When UK Prime Minister Rishi Sunak watered down the UK’s commitment to its Net Zero targets earlier this fall, he at least started a conversation that highlighted how important our homes are to reducing our impact on the planet.
The built world is responsible for 40% of global GHG emissions, with operations, particularly heating and cooling, responsible for 70% of those emissions. These assets are long-lived: some 90% of buildings in 2050 will be ones that already exist today. That means that no strategy for getting us to net-zero will work without acknowledging the challenge of retrofitting buildings, both commercial and residential.
Retrofitting is often trumpeted as the solution to extending the lifespan of buildings, reducing ongoing emissions and limiting the impact of embodied carbon. There are also many economic benefits, notably job creation, to be gained from encouraging a large-scale industry around retrofitting and energy transition.
Yet it is extremely difficult. There is no one-size-fits-all approach that will work for all buildings. Up-front capital needs are significant and the required skills are often in short supply and spread among diffuse stakeholders.
Technology has a key role to play across multiple levers. From our perch as Europe’s largest built environment venture capital firm, we share five key innovations that can supercharge global retrofits.
Customers and installers on both sides of the retrofit marketplace face inefficient and broken systems, and solving these pain points from discovery through project execution should be a key investment focus.
Technology that enables design automation and instant price quotes help solar installers to make better use of their time. PVCase, a maker of cloud-based energy modeling design software for solar panels, recently raised a substantial $100 million round from investors including Highland Europe, Energize Capital and Elephant.
Other areas are lagging. Installers are still underserved by software for managing their financial and field operations, and by limited access to working capital.
Create a modern retail experience
Equipping installers with better tools will have knock-on benefits for customers, but this does not address the other problems in the customer journey.
There is no turnkey installation experience currently for the average consumer, and even energy nerds struggle to find the right suppliers and products. Just as Tesla made buying an electric vehicle easy, we need platforms that will make the energy transition a modern retail experience and enable access and distribution for mass adoption.
One example: Germany-based ENTER, an A/O portfolio company, raised €19.4 million to help homeowners navigate the landscape of service providers, financing and subsidies through its tech-enabled marketplace. ENTER is becoming a one-stop shop for retail and business customers to find and access retrofit solutions from a single source.
Not every retrofit measure needs to be a high-ticket item like a heat pump or energy storage system which can cost thousands of dollars.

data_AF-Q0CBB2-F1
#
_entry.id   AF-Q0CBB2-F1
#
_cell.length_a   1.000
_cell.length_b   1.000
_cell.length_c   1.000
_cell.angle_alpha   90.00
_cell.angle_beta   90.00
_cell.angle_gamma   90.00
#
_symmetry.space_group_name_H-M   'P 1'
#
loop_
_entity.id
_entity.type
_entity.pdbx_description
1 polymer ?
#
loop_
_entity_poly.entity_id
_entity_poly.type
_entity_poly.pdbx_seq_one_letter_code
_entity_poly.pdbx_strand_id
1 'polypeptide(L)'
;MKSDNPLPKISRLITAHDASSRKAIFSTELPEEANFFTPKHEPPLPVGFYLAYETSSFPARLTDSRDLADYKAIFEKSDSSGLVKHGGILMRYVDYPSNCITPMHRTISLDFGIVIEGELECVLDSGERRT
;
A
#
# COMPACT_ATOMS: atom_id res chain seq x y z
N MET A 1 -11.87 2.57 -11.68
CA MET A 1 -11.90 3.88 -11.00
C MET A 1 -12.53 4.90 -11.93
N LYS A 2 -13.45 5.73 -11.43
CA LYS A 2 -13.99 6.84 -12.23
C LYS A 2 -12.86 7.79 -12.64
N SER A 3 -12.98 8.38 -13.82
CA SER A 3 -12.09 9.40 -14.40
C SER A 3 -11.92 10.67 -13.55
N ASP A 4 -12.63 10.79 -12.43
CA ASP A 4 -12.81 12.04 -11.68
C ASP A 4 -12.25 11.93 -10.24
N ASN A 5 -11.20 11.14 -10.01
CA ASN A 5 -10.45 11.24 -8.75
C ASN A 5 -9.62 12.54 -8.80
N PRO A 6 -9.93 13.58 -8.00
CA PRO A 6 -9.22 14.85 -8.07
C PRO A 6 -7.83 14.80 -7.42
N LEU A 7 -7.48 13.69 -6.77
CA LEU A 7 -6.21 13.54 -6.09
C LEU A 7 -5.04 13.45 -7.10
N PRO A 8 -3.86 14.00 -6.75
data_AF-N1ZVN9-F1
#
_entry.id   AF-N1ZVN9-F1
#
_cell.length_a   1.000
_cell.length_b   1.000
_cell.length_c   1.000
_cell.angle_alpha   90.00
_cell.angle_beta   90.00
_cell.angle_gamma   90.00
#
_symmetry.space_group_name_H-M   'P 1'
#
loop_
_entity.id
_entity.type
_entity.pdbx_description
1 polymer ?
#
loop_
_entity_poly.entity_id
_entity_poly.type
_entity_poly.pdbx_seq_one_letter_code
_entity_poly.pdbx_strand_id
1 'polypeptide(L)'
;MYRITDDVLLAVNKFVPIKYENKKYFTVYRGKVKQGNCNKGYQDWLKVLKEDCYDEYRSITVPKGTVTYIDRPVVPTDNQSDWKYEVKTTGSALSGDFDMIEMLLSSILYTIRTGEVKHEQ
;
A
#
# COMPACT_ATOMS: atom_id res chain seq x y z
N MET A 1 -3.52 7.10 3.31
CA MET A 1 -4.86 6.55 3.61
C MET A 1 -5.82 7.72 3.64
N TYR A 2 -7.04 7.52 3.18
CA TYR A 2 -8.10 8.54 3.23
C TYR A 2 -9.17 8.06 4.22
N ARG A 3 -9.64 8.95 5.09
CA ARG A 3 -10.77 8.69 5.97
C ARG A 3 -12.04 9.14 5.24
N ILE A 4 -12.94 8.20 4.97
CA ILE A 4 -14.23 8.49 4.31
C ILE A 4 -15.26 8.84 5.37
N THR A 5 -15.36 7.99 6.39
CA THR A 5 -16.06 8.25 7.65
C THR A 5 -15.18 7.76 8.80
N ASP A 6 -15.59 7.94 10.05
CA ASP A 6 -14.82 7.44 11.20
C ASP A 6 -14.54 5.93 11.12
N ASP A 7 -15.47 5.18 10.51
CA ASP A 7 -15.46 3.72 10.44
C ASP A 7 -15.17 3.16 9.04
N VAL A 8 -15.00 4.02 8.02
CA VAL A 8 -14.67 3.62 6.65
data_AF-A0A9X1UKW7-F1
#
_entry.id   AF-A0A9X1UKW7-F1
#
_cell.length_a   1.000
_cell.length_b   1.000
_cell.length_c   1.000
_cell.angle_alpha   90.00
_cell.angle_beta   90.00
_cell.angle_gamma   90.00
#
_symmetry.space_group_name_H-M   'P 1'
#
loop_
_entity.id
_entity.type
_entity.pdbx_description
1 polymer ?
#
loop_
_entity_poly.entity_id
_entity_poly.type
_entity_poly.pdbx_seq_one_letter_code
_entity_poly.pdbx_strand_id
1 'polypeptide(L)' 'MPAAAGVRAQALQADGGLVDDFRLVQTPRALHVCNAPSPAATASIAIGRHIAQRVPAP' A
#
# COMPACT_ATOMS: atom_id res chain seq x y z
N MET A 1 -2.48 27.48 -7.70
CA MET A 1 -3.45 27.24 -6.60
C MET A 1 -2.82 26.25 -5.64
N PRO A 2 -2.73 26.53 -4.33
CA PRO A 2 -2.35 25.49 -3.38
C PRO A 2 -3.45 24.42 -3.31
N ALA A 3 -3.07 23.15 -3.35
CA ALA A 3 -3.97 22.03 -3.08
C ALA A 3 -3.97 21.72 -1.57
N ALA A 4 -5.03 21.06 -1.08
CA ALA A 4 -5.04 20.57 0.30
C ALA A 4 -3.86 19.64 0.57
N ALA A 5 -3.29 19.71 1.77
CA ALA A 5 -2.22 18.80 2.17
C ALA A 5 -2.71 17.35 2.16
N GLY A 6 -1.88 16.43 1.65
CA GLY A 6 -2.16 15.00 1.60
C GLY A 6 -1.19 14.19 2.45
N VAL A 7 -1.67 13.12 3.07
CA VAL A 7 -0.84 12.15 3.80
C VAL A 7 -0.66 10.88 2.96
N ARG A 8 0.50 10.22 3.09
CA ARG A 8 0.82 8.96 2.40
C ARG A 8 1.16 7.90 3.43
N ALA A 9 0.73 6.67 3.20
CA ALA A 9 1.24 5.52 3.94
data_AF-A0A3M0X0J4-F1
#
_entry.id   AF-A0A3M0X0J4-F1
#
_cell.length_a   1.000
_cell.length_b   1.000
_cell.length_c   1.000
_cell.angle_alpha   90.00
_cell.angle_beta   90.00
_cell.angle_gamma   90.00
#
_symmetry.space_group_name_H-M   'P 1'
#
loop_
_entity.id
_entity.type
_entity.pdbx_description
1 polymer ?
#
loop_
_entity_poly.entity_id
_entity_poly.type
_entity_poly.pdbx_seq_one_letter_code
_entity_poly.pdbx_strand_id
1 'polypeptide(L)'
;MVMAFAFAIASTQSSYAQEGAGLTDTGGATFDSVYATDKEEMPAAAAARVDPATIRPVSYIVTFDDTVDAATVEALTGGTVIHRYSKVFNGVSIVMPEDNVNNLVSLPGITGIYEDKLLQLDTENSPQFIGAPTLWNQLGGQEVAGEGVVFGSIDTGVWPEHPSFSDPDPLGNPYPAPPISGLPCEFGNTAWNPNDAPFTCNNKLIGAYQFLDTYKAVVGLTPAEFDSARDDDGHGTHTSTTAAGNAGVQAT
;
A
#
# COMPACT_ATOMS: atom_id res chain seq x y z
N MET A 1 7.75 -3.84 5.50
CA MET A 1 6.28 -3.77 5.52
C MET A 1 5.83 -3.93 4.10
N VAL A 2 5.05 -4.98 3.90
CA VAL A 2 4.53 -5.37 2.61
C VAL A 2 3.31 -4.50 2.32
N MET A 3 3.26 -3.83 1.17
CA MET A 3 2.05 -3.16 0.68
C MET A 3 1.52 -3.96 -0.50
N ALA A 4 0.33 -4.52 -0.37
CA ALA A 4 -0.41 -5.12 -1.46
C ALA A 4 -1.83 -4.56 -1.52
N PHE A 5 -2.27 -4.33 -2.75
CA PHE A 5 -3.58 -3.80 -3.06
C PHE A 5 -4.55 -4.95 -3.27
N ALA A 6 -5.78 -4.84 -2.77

Insulation, for example, is relatively inexpensive – it offers a quick payback and immediate comfort benefits to residents. It’s also complementary with other technology, for example, making heat pumps more efficient. Smart meters, smart thermostats, and other inexpensive IoT devices give homeowners insight into their energy consumption patterns. Those insights can give customers more confidence that a particular type of retrofit will have the intended results and make the investment worthwhile.
Being able to measure and quantify the impact of an intervention through IoT devices is as important as the perceived impact of things such as improved comfort and lower carbon emissions. Attributing a retrofit event to lower energy bills helps justify a return on investment, which is as important for individual homeowners as it is for large landlords.
This digital thread can also unlock new forms of financing and ownership through performance-linked contracts and energy savings agreements.
The average US household has $10,000 in savings. The average UK has even less, £2,160. With high upfront costs for heat pumps and solar panels, retrofitting can feel like a risky bet on your main financial asset – your home.
Tax incentives can be powerful motivators – as the US and other governments recognize. EV adoption in the US, for example, is directly linked to tax rebates. There are also rebates for heat pumps, solar panels and other upgrades. The UK has sadly not been clear on policy or had a long-term plan to incentivize owners. Facilitating the rollout of insulation through the country’s “big six” energy companies has not helped.
We see opportunities for fintech companies to facilitate the purchase of climate resilience technology – insurers, for one, should certainly be thinking about this.
Despite the challenges, the appetite for retrofitting is there. More than 120,000 solar panels and over 30,000 heat pumps have been installed in UK homes and businesses since the start of 2023. Today more than 1.3 million homes have solar panels.
The Prime Minister may have backtracked on climate commitments, including loosening a planned ban on new gas boilers and some home energy efficiency standards. But individuals understand that change needs to happen now. When it comes to their home, they want to protect their most valuable financial asset from the risk of flooding, heat damage or in hotter countries, wildfires.
Increasing our ‘energy renovation’ rate is vital if we are to reach climate neutrality. We urgently need to make it as simple as possible for consumers to reap the benefits of retrofitting now.
Arjun Jairaj and Jess Clemans are investors with London-based VC firm A/O PropTech.